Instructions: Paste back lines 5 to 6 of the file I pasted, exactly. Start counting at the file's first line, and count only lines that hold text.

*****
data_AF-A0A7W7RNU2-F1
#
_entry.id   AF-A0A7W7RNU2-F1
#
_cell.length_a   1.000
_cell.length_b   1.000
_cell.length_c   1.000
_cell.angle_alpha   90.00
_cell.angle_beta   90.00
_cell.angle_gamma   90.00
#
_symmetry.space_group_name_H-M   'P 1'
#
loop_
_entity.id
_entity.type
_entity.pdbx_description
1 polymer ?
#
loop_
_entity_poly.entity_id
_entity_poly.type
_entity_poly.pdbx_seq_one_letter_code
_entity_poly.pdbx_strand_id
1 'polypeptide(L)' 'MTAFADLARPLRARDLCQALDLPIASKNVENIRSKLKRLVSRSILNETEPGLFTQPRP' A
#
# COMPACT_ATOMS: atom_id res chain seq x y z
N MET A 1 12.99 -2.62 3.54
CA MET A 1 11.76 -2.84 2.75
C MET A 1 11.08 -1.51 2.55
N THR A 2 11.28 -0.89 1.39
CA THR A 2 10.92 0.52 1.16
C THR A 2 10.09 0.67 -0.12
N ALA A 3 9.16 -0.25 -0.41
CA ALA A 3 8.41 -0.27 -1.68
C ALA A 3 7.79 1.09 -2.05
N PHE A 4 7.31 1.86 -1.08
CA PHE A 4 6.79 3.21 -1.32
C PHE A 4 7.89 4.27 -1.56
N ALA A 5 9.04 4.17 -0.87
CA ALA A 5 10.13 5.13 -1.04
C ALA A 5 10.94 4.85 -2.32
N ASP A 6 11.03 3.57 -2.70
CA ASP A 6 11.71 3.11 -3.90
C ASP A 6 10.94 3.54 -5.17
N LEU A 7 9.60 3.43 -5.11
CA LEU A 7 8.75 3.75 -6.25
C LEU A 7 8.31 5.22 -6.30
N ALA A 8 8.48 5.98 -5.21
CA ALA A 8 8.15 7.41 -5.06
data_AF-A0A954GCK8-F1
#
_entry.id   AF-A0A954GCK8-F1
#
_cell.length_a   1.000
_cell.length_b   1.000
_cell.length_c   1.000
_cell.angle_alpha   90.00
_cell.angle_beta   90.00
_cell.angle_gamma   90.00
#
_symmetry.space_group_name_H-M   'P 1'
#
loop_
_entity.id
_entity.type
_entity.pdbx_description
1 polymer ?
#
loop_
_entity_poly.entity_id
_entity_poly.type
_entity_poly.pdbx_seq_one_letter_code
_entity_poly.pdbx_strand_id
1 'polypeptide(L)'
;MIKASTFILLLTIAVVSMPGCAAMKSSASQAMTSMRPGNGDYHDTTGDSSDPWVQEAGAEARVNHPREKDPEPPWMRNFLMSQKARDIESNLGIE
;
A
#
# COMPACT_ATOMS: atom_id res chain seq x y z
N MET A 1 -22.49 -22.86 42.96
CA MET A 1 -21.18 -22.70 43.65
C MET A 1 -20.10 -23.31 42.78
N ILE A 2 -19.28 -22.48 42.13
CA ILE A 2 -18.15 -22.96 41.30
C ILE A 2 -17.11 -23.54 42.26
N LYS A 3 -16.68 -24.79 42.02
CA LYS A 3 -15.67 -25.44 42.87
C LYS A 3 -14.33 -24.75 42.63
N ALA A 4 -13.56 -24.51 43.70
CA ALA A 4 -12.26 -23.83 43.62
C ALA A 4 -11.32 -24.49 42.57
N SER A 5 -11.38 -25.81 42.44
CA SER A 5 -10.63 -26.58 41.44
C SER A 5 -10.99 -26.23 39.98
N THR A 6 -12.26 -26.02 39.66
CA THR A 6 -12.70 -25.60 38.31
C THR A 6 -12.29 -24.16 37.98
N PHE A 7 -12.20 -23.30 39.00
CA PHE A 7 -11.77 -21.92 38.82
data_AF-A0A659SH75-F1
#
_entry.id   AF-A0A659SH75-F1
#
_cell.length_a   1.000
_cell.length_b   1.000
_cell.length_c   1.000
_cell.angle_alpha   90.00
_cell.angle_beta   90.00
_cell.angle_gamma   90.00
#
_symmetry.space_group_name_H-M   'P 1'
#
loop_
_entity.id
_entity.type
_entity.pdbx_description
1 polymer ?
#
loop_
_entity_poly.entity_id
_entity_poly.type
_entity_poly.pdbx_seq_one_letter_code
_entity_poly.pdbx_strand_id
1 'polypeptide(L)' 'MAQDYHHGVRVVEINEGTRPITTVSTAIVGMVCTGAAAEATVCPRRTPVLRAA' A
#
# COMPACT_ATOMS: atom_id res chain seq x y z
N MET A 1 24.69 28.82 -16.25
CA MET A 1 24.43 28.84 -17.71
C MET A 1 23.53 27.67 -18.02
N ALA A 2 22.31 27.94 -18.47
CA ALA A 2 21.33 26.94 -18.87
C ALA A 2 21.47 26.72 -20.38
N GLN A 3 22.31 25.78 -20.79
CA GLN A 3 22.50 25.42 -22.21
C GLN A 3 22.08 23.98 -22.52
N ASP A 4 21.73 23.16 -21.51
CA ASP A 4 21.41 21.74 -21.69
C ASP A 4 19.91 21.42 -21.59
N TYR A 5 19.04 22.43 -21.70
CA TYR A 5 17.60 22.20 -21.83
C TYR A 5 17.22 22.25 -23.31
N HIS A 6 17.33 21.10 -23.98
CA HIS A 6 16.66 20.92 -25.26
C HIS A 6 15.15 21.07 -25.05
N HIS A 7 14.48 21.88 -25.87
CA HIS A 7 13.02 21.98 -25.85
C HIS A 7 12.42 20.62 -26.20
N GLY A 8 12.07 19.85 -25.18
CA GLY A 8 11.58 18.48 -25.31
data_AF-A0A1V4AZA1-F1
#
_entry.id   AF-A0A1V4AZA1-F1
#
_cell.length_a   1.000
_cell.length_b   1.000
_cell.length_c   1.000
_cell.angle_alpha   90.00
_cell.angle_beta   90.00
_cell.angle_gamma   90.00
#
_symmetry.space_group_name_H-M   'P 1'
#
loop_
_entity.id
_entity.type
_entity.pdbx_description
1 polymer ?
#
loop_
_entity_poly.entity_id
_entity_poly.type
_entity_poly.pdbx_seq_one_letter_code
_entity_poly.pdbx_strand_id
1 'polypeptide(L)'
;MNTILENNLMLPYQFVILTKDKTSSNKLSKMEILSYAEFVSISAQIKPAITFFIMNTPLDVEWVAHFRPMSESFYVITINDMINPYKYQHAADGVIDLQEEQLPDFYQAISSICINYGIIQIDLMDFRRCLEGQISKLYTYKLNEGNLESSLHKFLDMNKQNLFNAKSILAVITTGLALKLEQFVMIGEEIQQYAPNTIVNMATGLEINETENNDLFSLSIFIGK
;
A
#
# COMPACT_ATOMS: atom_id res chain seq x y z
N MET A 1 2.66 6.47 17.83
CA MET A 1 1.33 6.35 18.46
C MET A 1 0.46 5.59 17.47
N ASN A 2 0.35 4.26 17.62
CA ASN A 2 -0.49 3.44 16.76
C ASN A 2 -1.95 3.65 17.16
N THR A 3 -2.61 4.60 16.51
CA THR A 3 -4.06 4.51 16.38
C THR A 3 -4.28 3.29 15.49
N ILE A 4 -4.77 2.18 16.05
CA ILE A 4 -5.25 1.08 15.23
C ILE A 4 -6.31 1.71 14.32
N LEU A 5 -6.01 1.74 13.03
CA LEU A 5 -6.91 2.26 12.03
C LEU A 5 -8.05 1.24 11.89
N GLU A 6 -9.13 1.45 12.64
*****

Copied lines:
_cell.length_a   1.000
_cell.length_b   1.000